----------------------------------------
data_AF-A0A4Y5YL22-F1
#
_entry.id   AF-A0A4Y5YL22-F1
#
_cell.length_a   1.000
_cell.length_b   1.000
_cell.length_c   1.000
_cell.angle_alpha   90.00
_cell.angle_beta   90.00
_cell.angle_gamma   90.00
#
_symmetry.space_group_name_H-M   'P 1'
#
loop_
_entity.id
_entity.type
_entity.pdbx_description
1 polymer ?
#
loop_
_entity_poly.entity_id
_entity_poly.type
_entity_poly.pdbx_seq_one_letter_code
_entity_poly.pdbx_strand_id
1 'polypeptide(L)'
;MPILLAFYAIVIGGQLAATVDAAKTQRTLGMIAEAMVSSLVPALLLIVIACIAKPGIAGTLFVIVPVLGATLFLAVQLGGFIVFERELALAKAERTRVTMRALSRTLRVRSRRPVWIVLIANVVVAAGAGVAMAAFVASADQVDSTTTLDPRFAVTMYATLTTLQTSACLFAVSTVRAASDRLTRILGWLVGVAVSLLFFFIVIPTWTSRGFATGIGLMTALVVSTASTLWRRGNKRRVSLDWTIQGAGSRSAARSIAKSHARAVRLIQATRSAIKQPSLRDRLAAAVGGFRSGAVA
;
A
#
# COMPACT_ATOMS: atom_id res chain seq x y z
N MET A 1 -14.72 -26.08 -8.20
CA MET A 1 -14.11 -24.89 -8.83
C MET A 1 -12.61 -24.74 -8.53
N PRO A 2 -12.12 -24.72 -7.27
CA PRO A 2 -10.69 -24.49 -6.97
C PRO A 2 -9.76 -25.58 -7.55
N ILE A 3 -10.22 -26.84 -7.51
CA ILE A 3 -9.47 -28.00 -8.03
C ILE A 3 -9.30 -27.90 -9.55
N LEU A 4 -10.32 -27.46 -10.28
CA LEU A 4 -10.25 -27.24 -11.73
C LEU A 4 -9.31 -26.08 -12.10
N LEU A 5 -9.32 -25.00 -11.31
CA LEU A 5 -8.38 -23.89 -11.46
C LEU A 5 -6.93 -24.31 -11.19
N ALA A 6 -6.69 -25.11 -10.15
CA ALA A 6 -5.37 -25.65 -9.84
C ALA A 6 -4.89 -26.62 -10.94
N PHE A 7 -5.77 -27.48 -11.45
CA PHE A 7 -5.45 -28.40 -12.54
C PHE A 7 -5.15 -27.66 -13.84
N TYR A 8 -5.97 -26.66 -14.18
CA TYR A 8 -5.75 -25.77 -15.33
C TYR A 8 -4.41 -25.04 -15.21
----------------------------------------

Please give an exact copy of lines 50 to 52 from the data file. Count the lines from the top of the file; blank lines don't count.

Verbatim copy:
CA PHE A 7 -5.45 -28.40 -12.54
C PHE A 7 -5.15 -27.66 -13.84
N TYR A 8 -5.97 -26.66 -14.18